The Causations and the Outcomes of Teenage Pregnancy

Introduction

Teenage pregnancy is often referred to as process of a teenage girl i.e. (between the ages of thirteen and nineteen years) becoming pregnant. Concerns about teenage pregnancies rising have been raised by various groups and even government officials in the United States of America. Teenage pregnancy has been a point of contention as the gender issues have been brought to the fore since the early century; there has been a competition on the need for liberation of the female gender including the reduction of teenage pregnancy among our youth. Since then it has been challenging to live as a female in the United States of America due to such constraints that continue to hinder young ladies.

The growth of a woman is daunting especially during adolescence, sexuality and their perceived physical looks can be misleading (Guttmacher 98). These effects are more pronounced in young girls. Teenage pregnancies have been on the increase, this affects young girls and their families. The burden of being a pre-mature mother affects female gender more that the male gender. Unwanted pregnancies stigma among the young girls affects their social, psychological and physiological development. This state of affairs contributes to the overall negative attitude of the ladies towards the male gender. This is developed in line with the feeling of opportunistic and irresponsible aspects of the male gender. With more of single parenting growing, the growth of a child is imbalanced leaving the core and demanding family responsibility to the mother. This a much greater responsibility to the female gender, and with their passion and compassion the growth of the American youth is barely left on their hands consequently putting lots of responsibility on their shoulders. In essence the noble responsibility for the futurity of United States of America is in their hands (America Federation of Youth Groups, p. 23).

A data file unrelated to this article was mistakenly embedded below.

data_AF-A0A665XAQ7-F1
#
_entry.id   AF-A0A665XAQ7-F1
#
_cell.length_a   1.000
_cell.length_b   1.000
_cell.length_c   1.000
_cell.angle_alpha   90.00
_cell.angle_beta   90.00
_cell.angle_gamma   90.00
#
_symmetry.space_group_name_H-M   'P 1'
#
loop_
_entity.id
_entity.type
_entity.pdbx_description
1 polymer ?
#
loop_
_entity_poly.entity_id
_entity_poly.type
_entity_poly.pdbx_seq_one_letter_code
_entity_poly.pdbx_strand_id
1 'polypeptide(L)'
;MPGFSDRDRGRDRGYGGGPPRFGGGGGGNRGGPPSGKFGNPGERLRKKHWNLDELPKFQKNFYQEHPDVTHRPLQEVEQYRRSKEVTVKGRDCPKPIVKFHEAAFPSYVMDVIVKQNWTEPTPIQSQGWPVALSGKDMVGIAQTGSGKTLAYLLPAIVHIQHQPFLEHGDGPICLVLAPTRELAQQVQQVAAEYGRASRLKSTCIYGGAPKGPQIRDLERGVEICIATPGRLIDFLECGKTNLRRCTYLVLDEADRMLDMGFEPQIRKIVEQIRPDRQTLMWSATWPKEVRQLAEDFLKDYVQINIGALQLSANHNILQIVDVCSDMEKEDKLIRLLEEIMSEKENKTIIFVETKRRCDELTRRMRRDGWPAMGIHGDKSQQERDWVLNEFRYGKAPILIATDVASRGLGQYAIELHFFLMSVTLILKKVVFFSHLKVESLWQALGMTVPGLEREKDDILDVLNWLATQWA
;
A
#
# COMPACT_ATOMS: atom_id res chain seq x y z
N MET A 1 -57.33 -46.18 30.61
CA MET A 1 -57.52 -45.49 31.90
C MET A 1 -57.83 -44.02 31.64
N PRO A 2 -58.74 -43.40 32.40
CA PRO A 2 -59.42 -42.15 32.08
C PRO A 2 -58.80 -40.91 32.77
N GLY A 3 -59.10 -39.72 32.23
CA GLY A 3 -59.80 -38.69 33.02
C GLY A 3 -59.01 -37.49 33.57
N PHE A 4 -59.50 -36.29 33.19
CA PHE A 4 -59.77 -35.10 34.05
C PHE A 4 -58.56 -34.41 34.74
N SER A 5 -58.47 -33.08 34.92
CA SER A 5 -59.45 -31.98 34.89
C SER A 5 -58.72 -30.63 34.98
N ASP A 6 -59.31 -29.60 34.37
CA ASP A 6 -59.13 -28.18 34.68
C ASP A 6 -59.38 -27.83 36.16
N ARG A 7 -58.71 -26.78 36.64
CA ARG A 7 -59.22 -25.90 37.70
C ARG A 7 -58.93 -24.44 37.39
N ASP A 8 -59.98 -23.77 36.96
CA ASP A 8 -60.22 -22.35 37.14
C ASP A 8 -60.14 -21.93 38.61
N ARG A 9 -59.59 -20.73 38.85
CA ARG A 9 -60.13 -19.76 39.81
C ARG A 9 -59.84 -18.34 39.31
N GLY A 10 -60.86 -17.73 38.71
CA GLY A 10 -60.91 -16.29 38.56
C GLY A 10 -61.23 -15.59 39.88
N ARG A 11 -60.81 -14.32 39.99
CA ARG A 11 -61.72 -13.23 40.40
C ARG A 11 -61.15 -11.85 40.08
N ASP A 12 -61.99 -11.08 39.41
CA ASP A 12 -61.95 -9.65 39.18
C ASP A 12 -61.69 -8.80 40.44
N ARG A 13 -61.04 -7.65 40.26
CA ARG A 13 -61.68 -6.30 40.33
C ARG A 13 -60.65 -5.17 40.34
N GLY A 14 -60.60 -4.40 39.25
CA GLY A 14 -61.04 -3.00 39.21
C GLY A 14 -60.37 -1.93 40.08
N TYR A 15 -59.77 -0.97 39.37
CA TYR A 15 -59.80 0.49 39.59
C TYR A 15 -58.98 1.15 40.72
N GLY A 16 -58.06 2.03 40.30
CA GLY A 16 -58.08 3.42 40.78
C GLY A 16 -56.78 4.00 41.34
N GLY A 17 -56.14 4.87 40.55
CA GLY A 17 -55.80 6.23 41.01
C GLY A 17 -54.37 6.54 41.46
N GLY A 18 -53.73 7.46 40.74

Causes of Teenage pregnancy

The causes of teenage pregnancy are many and are dependent on many factors and also the nature of environment that the teenager may be exposed to. In essence, all teenage pregnancies are caused by sexual acts that can be categorized as voluntary (where the teenage was willing to engage in the act) or involuntary (where the teenager was forced into the act. i.e. rape). Teenage pregnancy is often blamed on environmental factors; this is especially true in the United States where the role of such as the modern roles of ladies is not well defined. The perception of women as a weaker sex also gives them a hefty challenge and considering their male violence statistic on them is usually a great deal of empathy. With their human aspects coupled with sheer feeling of philanthropy, the female gender should be given many accolades (Bagchi, p. 42). On the contrary the undercurrents of weakness and lower cadre human being have been their face tags hence making their leaving a hell of a day. Ladies in the United States are often married at an early stage hence increasing the possibility of teenage pregnancies. In such societies, teenage pregnancy is normally perceived as a blessing and enough evidence that the teenager in question is fertile to bear more children. Another cause of teenage pregnancies is the lack of education among the teenagers in respect to safe sex and methods to prevent pregnancy during sexual activities. These methods include birth control techniques such as birth control pills and usage of condoms. Another technique that the teenagers are not often educated about is emphasis on abstinence as the surest way of prevention. In most cases the teenagers are educate and prepared on how to handle sexual advances from their boyfriends and other male counterparts (Newman, p. 104). The teenagers are forced to educate themselves and often the result is negative with the higher cases of pregnancies in the United States. Teenagers face many pressures from their environment and also peers, hence it is only suitable for the responsible members of the society to pass this education to them.